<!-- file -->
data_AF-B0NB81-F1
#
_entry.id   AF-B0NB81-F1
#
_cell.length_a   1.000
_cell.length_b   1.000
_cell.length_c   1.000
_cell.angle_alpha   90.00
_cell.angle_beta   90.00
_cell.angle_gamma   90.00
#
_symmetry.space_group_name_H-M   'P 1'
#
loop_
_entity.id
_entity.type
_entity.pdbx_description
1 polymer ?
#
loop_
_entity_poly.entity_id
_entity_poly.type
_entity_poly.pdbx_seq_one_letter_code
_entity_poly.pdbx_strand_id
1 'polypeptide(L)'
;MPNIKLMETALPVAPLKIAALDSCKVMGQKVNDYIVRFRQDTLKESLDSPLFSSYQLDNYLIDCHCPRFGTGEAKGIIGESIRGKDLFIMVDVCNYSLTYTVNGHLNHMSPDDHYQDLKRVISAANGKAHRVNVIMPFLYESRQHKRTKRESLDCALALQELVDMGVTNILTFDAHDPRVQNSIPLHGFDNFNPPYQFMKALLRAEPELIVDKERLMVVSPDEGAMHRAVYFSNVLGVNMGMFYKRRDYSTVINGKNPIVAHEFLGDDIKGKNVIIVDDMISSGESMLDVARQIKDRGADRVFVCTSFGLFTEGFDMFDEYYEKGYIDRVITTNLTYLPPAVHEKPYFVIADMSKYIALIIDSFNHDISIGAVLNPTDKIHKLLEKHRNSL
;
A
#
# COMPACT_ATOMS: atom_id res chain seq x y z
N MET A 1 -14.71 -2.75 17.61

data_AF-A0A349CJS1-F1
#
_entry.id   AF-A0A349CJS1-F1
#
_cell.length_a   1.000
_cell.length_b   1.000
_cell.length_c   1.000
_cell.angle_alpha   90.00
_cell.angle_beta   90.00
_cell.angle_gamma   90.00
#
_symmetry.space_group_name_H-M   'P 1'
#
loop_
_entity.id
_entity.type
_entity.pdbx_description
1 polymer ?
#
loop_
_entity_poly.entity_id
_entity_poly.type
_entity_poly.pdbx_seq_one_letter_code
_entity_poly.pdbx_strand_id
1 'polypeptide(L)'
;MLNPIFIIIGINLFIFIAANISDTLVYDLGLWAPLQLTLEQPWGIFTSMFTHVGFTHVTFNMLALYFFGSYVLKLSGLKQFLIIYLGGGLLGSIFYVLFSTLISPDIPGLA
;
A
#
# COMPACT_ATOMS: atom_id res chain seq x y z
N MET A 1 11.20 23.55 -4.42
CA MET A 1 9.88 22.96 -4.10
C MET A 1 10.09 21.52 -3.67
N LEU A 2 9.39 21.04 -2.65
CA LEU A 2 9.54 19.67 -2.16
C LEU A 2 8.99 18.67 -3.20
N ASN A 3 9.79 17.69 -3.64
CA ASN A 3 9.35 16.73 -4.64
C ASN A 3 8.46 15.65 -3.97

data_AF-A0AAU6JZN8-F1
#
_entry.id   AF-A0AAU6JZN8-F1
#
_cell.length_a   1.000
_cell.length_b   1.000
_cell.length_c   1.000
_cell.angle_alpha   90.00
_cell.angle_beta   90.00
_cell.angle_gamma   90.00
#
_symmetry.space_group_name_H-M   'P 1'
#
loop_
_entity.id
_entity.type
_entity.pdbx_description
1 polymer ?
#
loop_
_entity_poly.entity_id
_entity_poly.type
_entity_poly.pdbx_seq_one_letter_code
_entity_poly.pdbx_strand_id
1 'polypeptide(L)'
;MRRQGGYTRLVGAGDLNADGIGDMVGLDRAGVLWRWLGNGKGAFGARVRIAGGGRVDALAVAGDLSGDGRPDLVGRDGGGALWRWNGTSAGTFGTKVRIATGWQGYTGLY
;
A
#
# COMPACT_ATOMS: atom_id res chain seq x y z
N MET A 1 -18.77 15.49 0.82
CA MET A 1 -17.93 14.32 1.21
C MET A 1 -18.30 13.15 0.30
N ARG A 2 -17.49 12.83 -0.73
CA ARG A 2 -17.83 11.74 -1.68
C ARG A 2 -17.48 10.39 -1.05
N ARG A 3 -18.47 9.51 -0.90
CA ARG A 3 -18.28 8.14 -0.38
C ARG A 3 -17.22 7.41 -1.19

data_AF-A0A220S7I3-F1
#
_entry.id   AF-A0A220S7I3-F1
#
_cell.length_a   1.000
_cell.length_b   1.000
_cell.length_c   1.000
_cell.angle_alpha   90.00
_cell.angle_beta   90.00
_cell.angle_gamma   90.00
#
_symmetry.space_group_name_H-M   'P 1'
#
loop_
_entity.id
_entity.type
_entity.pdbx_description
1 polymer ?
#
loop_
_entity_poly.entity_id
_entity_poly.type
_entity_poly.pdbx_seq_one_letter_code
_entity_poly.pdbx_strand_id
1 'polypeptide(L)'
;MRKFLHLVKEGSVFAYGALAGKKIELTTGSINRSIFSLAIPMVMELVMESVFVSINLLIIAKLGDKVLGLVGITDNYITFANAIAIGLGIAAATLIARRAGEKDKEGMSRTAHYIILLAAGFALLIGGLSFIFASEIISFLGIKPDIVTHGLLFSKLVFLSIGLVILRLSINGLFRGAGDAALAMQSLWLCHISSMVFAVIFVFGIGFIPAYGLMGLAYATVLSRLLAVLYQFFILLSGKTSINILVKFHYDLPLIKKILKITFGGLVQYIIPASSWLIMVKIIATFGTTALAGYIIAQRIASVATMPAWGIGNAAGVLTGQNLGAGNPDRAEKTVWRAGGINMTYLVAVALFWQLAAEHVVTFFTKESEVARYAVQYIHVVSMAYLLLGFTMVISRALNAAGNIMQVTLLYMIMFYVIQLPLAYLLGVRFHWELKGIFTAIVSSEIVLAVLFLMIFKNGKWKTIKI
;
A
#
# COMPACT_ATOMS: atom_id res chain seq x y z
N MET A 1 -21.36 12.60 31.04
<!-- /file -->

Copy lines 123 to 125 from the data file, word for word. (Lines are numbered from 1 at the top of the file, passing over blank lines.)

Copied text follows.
loop_
_entity.id
_entity.type